Myelofibrosis is an uncommon form of blood cancer that can cause an enlarged spleen; constitutional symptoms such as night sweats, fever and weight loss; and scarring in the bone marrow. The bone marrow scarring also leads to severe anemia, which can cause fatigue and weakness.
Blood transplants and bone marrow transplants are among the few options available for treating this condition. Compounds such as ruxolitinib and danazol can be used to treat myelofibrosis but are unable to tackle anemia.
GSK’s Ojjaara is a blocker of the proteins Janus kinase (JAK) 1 and 2 as well as activin A receptor, type I (ACVR1). Given once a day, the drug is designed to combat anaemia, constitutional symptoms and splenomegaly simultaneously.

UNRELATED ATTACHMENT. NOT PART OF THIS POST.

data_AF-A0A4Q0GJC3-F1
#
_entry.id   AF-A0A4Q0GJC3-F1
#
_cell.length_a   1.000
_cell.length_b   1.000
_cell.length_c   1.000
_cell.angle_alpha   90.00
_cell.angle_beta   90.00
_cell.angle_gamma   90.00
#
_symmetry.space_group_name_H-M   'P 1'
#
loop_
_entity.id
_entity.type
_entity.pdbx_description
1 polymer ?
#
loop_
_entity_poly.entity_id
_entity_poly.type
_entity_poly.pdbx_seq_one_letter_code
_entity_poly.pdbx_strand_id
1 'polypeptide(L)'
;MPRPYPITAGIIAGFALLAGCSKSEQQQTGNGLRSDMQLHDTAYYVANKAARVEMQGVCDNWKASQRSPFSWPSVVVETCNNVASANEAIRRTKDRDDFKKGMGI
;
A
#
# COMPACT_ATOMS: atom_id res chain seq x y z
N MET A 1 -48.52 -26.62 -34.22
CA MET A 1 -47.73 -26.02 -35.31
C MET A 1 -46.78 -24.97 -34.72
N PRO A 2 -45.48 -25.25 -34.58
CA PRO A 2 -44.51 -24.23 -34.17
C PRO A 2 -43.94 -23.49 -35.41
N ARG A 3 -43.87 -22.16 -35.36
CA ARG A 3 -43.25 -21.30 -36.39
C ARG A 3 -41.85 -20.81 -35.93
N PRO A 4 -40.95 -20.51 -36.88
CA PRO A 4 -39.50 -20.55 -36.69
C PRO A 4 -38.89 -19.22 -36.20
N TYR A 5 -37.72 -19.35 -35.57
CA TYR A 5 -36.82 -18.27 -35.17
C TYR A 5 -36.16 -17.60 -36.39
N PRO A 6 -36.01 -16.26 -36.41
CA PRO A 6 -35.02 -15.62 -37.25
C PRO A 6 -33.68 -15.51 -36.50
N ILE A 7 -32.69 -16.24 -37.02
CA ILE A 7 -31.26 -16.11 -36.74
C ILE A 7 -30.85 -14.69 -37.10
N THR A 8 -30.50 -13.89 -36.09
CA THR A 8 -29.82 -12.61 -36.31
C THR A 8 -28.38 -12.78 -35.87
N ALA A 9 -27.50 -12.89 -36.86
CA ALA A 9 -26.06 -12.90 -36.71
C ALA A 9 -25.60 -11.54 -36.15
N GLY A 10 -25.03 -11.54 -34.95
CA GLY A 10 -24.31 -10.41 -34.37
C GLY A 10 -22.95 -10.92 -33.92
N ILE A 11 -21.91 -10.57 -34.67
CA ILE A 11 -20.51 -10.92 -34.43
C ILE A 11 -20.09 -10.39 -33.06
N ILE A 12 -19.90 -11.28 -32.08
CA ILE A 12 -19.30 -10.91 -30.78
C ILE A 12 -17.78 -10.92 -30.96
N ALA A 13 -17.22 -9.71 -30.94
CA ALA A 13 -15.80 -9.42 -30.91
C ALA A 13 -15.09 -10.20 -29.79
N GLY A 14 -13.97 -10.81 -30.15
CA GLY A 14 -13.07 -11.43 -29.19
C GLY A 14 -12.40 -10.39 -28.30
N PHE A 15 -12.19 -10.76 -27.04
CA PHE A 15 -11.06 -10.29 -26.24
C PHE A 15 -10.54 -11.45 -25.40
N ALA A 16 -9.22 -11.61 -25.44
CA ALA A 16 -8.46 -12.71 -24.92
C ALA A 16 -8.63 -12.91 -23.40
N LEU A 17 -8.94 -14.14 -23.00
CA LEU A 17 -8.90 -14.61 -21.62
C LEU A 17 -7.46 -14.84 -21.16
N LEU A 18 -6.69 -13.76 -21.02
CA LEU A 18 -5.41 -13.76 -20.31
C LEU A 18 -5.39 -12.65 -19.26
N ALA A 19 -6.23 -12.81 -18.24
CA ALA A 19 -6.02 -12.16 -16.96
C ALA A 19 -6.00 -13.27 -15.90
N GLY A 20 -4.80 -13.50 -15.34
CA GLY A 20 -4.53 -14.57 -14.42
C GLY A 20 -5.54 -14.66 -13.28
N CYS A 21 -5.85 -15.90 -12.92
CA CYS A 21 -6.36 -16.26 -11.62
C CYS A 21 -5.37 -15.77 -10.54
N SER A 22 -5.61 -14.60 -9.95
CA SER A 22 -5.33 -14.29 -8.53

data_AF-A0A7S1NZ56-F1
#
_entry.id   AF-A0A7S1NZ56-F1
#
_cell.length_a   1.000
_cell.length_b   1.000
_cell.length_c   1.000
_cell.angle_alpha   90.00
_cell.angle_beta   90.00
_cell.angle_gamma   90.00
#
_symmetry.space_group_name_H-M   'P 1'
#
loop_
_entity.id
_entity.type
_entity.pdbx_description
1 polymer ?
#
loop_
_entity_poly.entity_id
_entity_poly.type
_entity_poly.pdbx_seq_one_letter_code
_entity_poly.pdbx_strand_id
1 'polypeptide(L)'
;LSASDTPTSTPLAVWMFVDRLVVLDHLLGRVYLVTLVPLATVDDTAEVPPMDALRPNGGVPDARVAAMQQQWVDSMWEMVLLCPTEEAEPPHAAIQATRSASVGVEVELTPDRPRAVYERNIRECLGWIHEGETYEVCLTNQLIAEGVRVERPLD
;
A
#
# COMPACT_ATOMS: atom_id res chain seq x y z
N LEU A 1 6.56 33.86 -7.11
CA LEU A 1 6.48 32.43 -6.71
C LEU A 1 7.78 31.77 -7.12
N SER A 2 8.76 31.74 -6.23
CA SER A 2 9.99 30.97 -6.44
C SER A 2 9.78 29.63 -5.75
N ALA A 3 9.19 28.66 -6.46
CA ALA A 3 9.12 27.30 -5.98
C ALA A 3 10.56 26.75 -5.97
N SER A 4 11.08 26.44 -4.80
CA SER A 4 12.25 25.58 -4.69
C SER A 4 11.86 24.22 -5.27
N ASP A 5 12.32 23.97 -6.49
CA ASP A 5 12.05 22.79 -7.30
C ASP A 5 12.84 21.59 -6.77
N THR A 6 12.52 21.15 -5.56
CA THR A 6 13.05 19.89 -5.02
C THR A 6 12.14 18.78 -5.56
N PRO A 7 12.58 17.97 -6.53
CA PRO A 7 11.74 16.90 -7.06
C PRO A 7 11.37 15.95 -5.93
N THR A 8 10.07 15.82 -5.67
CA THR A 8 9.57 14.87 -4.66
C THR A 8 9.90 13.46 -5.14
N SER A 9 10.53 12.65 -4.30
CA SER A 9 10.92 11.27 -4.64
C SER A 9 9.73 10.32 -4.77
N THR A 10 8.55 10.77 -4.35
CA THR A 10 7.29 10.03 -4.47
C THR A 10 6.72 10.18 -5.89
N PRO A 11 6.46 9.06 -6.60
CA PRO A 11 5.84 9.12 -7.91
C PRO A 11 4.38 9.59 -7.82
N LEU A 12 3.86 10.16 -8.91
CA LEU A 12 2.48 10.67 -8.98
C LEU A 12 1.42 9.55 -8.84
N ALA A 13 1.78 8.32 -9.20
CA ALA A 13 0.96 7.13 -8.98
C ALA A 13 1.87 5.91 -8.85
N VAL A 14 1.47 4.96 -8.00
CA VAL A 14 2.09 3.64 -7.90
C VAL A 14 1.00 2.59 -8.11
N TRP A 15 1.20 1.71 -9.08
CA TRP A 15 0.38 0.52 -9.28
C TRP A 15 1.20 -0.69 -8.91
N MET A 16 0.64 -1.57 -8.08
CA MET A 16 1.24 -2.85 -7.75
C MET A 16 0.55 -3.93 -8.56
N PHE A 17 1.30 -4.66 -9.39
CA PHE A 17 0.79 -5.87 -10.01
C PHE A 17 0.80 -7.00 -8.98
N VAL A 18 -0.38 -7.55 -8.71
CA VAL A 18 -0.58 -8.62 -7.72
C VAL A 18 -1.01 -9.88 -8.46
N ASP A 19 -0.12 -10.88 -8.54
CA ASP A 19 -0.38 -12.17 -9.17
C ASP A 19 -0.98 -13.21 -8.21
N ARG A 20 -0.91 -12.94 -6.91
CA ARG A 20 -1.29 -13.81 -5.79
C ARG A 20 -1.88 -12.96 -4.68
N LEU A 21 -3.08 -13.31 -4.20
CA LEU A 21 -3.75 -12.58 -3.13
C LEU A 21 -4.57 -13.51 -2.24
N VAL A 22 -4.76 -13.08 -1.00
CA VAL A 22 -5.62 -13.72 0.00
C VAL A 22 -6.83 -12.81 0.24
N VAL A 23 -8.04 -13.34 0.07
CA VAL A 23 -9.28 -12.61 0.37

The FDA initially delayed its approval decision of Ojjaara by three months in June 2023 as the regulator wanted more time to process recently submitted data from GSK. The eventual approval was based on data from the phase 3 MOMENTUM study, where Ojjaara significantly improved constitutional symptoms, splenic response and transfusion independence in patients with myelofibrosis and anemia compared with danazol.
GSK also submitted data from another phase 3 trial called SIMPLIFY-1 where Ojjaara showed benefits compared with ruxolitinib in a subgroup of myelofibrosis patients with anemia. The most common adverse effects in the two trials included thrombocytopaenia, haemorrhage, bacterial infection, fatigue, dizziness, diarrhoea, and nausea.
“The vast majority of myelofibrosis patients eventually develop anaemia, causing them to discontinue treatments and require transfusions,” said Nina Mojas, GSK’s senior vice president, oncology global product strategy, in a public statement. “Given this high unmet need, we are proud to add Ojjaara to our oncology portfolio and address a significant medical need in the community. We look forward to helping improve outcomes in this difficult-to-treat blood cancer.”